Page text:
- Creating an immersion experience in a virtual environment
- Ability to perform a series of actions, manipulate items
- Computer generated for now
- Enables the person
Virtual Reality. It creates a connotation of something so far out there (the future) and yet so close. After all, if you read the sites and blogs who discuss VR especially in the classroom, it’s just around the corner.
That corner though is not one that is really that close by and that is where we start.
Oh, how the spider weaves its web is something or another ( always forget the line). Anyway, I bet you remember when Google Glass was all the rage especially when folks in learning and training.
In fact, just a couple of weeks ago I read a post discussing Google Glass and how it will transform learning.
What I am trying to figure out is how is it going to do that, when the product is no longer available to the public?
The Explorer program was shelved in early 2015 and Glass was seen as a “long-term” project according to Eric Schmidt in a recent article in the Wall Street Journal. (it is still being worked on privately).
Therefore the idea that Google Glass will transform learning as least for right now, isn’t going to happen anytime soon. Unless that is, H.G. Wells is around and we can all jump into his time machine.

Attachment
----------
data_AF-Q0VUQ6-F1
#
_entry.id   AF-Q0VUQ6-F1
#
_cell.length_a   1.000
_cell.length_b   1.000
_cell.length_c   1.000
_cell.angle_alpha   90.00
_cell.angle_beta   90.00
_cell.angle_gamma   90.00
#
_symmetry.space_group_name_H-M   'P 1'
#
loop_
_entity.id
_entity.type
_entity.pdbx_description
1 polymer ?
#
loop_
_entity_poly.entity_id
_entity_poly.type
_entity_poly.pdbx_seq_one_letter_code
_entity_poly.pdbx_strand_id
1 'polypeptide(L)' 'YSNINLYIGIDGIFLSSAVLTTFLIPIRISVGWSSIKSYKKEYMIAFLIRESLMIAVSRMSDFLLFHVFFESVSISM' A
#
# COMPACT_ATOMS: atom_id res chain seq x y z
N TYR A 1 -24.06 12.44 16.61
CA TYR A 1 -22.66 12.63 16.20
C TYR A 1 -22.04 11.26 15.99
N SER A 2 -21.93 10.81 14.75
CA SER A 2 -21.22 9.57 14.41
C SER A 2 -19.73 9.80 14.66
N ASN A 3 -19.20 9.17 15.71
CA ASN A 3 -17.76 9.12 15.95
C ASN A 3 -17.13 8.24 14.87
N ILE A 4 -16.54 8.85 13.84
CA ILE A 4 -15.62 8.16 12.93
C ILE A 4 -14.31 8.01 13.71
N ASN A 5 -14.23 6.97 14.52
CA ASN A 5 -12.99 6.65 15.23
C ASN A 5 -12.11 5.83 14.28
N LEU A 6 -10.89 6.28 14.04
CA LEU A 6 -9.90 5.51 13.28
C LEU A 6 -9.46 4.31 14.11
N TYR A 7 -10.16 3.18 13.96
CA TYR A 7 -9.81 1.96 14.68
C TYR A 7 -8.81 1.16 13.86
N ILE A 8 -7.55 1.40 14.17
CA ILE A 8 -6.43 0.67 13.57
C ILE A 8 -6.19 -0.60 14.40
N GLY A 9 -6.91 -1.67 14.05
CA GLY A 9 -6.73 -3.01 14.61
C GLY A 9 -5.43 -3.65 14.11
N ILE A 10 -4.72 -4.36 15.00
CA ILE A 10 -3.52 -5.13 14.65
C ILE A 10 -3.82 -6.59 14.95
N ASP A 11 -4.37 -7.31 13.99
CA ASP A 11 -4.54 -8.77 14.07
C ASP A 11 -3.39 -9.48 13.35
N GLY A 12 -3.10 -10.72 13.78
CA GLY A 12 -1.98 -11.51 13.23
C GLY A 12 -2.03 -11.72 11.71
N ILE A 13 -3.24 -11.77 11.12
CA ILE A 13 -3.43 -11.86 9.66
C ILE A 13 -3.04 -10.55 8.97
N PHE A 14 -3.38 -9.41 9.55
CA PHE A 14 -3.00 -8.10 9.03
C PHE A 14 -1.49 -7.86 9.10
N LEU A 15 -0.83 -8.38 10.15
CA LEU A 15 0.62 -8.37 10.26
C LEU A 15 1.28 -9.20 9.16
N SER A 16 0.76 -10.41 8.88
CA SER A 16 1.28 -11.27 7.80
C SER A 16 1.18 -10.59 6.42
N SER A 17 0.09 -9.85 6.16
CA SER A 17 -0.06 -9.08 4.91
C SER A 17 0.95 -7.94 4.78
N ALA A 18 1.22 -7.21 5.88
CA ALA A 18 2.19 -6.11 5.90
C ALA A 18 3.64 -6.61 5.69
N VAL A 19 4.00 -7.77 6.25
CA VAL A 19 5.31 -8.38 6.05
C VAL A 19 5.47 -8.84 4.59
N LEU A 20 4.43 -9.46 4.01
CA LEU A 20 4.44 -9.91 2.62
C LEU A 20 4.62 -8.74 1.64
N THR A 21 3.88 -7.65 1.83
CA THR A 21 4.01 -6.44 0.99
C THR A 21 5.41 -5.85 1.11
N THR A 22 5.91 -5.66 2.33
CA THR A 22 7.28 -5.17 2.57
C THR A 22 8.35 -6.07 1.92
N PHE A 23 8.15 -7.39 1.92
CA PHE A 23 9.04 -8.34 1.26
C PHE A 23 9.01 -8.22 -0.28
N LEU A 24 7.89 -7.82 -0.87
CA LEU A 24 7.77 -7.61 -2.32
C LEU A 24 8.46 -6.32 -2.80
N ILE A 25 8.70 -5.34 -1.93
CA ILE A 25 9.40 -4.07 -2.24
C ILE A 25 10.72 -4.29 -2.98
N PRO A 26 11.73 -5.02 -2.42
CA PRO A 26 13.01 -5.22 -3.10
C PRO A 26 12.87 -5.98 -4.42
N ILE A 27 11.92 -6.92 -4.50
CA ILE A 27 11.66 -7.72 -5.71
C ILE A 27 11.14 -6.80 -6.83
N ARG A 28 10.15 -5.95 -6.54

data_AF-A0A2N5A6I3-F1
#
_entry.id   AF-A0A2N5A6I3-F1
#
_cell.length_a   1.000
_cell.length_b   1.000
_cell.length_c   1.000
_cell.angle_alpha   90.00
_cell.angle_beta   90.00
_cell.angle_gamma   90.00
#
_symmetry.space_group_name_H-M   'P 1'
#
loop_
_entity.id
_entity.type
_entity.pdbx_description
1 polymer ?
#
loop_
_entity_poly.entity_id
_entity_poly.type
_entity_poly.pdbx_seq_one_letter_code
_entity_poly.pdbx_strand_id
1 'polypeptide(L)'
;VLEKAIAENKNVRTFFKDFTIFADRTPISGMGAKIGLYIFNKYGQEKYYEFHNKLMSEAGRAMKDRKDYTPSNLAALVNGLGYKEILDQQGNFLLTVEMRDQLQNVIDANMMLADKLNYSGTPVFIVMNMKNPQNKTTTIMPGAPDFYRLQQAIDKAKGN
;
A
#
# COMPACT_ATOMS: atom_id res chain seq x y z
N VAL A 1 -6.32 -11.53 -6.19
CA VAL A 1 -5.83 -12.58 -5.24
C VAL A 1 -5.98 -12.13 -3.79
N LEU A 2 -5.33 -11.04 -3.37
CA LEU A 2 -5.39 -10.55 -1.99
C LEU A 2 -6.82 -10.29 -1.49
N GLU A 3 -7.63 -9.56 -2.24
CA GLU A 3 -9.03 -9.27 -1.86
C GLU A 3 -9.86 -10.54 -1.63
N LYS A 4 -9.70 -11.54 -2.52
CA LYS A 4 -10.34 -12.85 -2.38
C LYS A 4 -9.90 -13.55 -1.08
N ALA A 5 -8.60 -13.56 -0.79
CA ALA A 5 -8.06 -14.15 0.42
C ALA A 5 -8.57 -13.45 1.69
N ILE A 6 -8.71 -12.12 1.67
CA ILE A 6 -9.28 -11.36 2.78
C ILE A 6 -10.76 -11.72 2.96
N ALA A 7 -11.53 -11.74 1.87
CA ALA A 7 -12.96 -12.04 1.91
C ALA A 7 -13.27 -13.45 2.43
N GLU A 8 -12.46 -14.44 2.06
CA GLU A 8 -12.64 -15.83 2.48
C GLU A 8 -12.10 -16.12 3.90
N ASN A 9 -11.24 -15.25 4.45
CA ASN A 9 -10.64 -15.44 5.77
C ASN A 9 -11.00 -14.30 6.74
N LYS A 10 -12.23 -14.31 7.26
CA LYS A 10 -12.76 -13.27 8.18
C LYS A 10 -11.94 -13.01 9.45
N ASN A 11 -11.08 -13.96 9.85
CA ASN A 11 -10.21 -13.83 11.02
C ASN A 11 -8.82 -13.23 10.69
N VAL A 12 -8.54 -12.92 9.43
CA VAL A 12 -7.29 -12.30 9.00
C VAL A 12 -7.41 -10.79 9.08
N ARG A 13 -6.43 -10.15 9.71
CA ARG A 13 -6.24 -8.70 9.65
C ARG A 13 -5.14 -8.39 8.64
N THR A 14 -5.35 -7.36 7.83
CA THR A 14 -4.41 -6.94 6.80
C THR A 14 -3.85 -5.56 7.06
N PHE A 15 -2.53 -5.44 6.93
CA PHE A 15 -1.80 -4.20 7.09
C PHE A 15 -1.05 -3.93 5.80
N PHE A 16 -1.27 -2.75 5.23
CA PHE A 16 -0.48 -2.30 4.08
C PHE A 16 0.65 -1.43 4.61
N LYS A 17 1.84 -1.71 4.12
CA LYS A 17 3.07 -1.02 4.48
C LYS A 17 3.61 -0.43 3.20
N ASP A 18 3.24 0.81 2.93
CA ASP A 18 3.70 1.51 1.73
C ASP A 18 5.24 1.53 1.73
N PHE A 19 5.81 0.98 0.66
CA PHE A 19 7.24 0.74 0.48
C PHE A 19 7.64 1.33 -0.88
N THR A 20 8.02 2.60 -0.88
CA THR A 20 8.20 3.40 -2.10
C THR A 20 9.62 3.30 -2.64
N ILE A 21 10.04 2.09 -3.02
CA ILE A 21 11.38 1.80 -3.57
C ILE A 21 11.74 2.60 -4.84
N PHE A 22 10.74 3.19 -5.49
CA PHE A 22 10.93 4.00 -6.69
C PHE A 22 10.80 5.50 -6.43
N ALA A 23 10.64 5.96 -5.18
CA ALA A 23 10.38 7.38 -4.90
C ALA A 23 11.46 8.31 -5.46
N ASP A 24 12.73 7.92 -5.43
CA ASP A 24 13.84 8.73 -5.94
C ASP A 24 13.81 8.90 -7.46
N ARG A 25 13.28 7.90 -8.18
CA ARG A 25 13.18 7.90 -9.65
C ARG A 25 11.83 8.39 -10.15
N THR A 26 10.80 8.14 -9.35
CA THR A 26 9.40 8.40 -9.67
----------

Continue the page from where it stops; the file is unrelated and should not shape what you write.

Let’s play a game. If you have a smartphone say “Aye”. If you have an Android smartphone, say “Aye, Aye”. If you have an Apple smartphone, say “lucky me”. If you have a Windows 8x smartphone say, “not yet” and if you have a Blackberry say, “I need to buy something else”.
If you said “Aye” you are in luck, because you too can experience a little bit of VR for about $10 (on Amazon) or build your own for free.
Here is how it works (if you are not technical don’t worry, your safe)
Let’s assume you spent $10 on Google Cardboard.
1. Fold Cardboard as shown with its little document thing. If you can’t find go on YouTube, plenty of folks show you how. Total time to fold into a viewer about five minutes. If you have zero skill sets, as your neighbor.
2. Place said smartphone in its little shelve like thing (I can’t thing of the term) in between your viewer.
3. If you have an Android phone, you are in luck – lots of apps available (you can find plenty more searching Google and other search engines) and supposedly more to come.
4. If you have Apple don’t fret, there are a few out there. Windows, start fretting. Blackberry, do those things still exist?
5. There are some custom shops creating apps for learning to be used with Google Cardboard. No word on specifics yet or pricing.
6. Google Cardboard enables anyone to experience a bit of VR and because of its low price point, nearly anyone can buy one.
But wait. What if you do not want to use a VR mobile headset made by Google? No worries, because there are plenty of others out there, including ones who actually have lenses.
They are known as VR Headsets – Here’s a few
- DodoCase – The name can easily be mispronounced (heh heh) – Available now
- Razer OSVR – Open Source VR – Not ready for prime time, projected delivery 2016
- Carl Zeiss VR One – Works with iPhone and Android – Available now
- Samsung Gear VR – Works only with Samsung Galaxy.
- Archos VR
- Avegant Glyph – Expected Fall 2015. Reportedly you can enjoy 1,280 x 720 eye resolution (per eye)
With the exception of Glyph (more than $500) and Dodo which is around $25, the rest hit the sweet spot at under $200. As more roll out, the price is likely to go lower which in turn means consumers acquire (not just early adopters).